How to Reference a Website

Friday, September 28th, 2012

Using quotes makes you look quite a reader and ‘well aware’ of things, but what you really need to know when giving a reference or citation is how to give credit to the source. Here, we will learn about referencing a website in different formats, so read about the same in the different sections of this article.

To start with, I would just like to say that while giving reference, you have to mention all the obvious things that come to your mind while you are reading something from somewhere, like the name of the author, the website, the address or the link of the web page, the date of publication or when the reference has been taken, etc. In short, all the logical things that anyone would look for and need if he or she wishes to go to that particular source of information, need to be mentioned. While knowing the way of referencing a website or any other material; will sure save you from plagiarism issues, but along with that, you will really be helping your reader too by providing the details. The reader can always go and refer to the source for additional and more detailed information.

The popular and most recognized ways of referencing something are the MLA and APA formats. So find information on referencing a website in both the formats under the following subheads. Though they are quite similar, there are some minor differences in both these formats of providing citations.

Referencing a Website using the MLA Format

Author’s Name
Modern Language Association of America is what MLA stands for and you need the name of the author, which should be written starting with the surname of the author and then the name. Speaking of the alignment, this has to placed on the left hand side of your page.

Please keep in mind to put a period, i.e. a comma, in this particular case after mentioning the author’s last name. For example:

Earnest, Torque

Web Page Title
After the name of the author comes the title of the web page, separated by a period, a full stop in this case. The title has to be in the double inverted commas. For example:

Earnest, Torque. “Best Animation Schools”

Website
After having mentioned the title of the web page, i.e. the particular article or write-up you have referred too, comes the website that has posted it. And again here it has to be separated with a period, a space in this case. Remember, both are different things, the title and the website. So it would like the following:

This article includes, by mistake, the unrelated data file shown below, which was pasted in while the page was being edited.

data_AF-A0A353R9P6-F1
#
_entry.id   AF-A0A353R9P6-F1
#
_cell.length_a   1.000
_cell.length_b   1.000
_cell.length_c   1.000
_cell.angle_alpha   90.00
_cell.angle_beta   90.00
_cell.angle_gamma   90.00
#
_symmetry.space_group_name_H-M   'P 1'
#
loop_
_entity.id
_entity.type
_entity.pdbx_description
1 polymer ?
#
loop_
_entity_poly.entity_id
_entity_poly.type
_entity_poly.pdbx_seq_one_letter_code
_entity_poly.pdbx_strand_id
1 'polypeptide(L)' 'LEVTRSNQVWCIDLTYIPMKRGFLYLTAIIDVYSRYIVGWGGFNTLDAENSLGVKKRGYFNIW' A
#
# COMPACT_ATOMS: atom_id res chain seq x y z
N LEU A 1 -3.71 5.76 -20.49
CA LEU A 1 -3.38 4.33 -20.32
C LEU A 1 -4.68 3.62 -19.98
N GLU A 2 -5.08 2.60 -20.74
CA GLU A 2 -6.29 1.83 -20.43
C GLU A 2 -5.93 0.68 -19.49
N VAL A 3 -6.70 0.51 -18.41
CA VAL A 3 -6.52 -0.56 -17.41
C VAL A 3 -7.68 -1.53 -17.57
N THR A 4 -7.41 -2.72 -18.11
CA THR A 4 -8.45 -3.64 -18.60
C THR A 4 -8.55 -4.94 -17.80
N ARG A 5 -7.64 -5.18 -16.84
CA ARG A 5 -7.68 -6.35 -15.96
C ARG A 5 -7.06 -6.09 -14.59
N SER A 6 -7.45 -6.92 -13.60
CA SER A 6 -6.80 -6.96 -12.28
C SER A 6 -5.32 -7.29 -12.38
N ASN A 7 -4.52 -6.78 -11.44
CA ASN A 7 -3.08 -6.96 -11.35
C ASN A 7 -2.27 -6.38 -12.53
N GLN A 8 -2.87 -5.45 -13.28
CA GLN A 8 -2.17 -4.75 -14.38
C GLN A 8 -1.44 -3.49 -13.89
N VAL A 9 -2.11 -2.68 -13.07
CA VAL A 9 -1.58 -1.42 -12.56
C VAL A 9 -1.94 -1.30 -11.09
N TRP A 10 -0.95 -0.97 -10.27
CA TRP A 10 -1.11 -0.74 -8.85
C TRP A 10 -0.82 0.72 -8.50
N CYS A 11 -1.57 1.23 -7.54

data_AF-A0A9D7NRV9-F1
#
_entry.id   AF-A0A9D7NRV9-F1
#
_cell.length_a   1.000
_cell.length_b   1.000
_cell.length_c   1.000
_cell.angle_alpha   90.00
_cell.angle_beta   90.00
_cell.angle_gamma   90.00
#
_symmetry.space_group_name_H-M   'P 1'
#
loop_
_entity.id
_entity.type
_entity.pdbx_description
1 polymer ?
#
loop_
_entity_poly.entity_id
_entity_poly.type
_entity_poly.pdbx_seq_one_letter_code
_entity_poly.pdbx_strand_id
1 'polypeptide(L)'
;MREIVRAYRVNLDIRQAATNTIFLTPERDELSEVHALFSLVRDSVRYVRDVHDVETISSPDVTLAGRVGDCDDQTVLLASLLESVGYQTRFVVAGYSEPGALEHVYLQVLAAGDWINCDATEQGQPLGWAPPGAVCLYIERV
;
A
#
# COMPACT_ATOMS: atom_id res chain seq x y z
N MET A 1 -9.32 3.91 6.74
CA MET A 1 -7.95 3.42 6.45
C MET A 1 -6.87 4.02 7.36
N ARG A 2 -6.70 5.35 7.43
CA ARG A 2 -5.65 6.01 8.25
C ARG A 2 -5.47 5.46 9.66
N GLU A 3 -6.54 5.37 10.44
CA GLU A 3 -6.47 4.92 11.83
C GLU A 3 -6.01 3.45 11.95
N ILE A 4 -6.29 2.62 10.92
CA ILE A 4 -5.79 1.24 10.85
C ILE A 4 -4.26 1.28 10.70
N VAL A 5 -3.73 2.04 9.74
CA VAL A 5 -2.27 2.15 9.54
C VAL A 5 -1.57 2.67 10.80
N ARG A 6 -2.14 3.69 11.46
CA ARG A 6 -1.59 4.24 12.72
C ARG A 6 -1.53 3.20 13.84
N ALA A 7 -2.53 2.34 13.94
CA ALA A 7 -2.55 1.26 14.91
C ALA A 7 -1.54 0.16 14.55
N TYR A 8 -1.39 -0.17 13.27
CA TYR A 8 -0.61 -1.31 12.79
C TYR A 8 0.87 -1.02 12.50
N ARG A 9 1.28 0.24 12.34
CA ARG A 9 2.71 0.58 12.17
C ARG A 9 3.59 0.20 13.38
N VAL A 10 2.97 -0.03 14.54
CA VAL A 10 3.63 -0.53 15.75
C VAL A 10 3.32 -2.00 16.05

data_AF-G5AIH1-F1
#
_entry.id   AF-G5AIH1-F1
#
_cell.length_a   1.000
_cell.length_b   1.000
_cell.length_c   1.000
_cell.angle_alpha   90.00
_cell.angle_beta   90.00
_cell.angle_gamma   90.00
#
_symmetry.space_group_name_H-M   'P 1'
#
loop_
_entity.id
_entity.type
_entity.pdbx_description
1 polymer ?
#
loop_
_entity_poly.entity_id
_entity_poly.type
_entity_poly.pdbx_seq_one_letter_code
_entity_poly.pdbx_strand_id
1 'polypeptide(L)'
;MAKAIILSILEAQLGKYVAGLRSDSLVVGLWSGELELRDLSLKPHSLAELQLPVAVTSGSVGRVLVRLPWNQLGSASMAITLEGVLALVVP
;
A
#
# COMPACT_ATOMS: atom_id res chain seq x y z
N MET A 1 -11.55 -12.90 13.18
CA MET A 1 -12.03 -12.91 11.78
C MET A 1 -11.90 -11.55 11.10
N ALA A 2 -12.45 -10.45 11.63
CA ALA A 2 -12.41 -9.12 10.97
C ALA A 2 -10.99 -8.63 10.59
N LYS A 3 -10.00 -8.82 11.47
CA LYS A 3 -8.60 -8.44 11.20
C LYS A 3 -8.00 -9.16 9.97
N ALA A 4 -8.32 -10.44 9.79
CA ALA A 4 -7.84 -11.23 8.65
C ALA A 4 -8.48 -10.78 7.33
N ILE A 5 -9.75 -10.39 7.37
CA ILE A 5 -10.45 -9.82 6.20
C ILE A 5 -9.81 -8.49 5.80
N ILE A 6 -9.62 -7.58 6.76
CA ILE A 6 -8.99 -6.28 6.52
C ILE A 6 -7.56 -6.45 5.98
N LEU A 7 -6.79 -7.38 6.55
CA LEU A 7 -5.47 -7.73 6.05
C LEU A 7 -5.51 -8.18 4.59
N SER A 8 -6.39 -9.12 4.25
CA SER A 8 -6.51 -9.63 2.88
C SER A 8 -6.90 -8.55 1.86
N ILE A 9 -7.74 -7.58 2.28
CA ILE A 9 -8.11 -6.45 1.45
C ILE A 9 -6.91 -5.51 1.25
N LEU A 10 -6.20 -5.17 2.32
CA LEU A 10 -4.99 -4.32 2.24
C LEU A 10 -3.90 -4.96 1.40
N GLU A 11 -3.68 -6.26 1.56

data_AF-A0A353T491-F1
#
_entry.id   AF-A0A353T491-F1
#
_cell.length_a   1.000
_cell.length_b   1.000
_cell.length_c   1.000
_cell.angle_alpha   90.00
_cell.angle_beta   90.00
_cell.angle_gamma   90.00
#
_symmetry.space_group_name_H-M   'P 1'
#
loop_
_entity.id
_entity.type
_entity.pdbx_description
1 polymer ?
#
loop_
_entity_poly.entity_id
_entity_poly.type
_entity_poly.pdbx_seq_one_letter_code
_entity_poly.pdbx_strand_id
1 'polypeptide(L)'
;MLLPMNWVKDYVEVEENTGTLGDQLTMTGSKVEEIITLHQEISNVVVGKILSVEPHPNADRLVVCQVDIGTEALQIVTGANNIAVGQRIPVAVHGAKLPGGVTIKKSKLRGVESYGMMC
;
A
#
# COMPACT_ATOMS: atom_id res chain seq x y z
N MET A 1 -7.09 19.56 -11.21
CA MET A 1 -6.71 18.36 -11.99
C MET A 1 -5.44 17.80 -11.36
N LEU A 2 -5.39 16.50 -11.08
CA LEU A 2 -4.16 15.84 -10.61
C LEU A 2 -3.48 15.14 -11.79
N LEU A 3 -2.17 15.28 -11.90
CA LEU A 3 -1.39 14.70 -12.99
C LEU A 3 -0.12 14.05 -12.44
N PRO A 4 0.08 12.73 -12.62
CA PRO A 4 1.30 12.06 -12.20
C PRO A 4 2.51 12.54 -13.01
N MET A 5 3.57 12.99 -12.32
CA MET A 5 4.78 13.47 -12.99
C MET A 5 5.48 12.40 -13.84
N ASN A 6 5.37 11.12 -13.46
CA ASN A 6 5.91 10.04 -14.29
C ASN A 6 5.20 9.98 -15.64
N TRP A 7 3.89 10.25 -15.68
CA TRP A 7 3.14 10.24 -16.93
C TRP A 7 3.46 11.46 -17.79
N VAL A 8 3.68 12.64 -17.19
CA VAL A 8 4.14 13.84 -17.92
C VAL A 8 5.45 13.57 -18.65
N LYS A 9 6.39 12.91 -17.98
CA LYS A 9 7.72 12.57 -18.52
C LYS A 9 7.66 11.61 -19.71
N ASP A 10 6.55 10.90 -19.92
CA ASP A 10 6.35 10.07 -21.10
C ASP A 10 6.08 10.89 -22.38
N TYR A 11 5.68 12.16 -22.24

Earnest, Torque. “Best Animation Schools” www.buzzle.com

Variations you can apply here are:

Earnest, Torque. “Best Animation Schools” www.buzzle.com

Earnest, Torque. “Best Animation Schools” www.buzzle.com

Publishing Date
Follow the DD/MM/YY format for mentioning the publishing date of the article.

Earnest, Torque. “Best Animation Schools” www.buzzle.com 13 Jan 2011 OR
Earnest, Torque. “Best Animation Schools” www.buzzle.com 13 January 2011

Publisher
This section is optional and is valid in case of academic websites only. The name of the publisher has to follow the publishing date, like shown below.

Earnest, Torque. “Best Animation Schools” www.buzzle.com 13 January 2011: Publisher’s Name

Date of Reference
Mention the date of reference when you took the reference from the website. This will serve two purposes. One, the reader will come to know how old the article is and secondly, in case the writer or the website owner has made any alterations in the article, you will be saved from the allegations of infringement of intellectual property rights, if any.

Earnest, Torque. “Best Animation Schools” www.buzzle.com 13 January 2011: Publisher’s Name 14 Jan 2011

The Link
Earnest, Torque. “Best Animation Schools” www.buzzle.com 13 January 2011: Publisher’s Name 14 Jan 2011 “www.buzzle.com/articles/best-animation-schools.html”

Referencing a Website in APA Format

APA stands for American Psychological Association and knowing how to cite a website in this particular format, I would just illustrate the same with an example, contrary to the step by step process as given above. So here is the format followed by the example:

Author’s Surname, Author’s Name (Publishing Date) Title of the Article www.website.com MM/DD/YY “http://www.website.com/articles/title-of-the-article.html”